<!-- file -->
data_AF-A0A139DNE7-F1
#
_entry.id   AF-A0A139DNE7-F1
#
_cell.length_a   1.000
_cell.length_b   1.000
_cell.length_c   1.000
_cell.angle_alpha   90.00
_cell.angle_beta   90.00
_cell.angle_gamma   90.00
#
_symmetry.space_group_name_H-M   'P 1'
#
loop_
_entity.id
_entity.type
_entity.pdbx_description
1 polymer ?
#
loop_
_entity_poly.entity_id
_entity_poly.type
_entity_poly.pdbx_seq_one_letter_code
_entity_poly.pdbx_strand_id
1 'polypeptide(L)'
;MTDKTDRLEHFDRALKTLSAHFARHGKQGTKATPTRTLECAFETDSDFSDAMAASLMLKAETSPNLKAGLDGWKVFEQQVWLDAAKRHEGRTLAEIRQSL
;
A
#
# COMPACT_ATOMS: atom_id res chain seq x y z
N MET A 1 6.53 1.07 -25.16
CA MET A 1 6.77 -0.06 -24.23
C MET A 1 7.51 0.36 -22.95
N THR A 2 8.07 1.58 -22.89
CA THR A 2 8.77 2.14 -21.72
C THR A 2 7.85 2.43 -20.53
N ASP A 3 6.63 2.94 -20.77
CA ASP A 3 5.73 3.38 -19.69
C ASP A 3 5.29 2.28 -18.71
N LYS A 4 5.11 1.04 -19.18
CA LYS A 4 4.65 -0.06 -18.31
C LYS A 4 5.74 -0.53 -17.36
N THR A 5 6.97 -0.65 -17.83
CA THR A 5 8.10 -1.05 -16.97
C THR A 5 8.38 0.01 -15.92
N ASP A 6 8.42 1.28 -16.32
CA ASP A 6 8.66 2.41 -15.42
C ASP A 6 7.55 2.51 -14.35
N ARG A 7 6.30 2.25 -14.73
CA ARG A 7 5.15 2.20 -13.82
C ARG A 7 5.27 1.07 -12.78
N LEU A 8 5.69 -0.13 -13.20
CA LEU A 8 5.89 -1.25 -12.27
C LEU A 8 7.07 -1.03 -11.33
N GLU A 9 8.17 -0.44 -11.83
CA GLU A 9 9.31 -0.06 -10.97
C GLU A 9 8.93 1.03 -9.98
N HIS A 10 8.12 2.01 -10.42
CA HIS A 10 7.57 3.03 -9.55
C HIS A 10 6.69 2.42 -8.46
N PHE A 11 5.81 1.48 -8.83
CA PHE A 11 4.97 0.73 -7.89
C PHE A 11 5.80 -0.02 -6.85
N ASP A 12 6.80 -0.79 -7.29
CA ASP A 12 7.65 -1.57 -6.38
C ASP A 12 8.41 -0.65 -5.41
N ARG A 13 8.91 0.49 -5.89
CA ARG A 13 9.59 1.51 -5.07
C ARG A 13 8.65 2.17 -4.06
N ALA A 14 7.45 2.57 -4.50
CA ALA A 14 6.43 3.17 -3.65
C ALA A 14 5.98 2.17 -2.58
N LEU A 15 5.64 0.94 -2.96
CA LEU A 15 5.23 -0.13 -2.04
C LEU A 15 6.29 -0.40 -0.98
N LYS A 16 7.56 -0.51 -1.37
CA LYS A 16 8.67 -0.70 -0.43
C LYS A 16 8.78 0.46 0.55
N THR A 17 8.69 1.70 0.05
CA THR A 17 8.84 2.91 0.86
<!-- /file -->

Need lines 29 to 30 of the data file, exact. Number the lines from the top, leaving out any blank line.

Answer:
#
# COMPACT_ATOMS: atom_id res chain seq x y z